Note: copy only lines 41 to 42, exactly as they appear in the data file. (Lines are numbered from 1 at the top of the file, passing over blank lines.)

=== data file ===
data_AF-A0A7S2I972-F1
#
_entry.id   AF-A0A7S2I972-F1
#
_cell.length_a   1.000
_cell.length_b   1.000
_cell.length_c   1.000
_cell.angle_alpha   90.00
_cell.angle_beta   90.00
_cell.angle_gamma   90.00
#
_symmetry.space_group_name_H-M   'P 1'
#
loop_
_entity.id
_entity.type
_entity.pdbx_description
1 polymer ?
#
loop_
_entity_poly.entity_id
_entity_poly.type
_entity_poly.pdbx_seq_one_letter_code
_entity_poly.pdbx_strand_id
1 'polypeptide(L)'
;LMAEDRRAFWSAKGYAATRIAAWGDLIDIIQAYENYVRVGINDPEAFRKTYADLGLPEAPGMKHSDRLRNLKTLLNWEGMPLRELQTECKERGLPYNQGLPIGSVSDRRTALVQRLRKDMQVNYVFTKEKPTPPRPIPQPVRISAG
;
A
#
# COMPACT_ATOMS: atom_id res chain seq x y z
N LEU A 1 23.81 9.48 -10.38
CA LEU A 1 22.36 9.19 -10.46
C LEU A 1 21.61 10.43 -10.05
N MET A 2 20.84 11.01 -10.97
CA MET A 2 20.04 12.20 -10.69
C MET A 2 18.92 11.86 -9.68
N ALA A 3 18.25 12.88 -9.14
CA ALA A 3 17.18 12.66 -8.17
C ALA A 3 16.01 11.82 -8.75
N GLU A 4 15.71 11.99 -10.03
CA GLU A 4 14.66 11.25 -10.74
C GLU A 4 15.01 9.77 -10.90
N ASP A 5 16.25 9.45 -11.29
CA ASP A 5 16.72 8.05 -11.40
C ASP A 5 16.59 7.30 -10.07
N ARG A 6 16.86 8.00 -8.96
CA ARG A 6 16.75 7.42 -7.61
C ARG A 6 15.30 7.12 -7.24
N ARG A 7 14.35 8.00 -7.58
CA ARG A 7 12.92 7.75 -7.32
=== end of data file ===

CA GLU A 4 14.66 11.25 -10.74
C GLU A 4 15.01 9.77 -10.90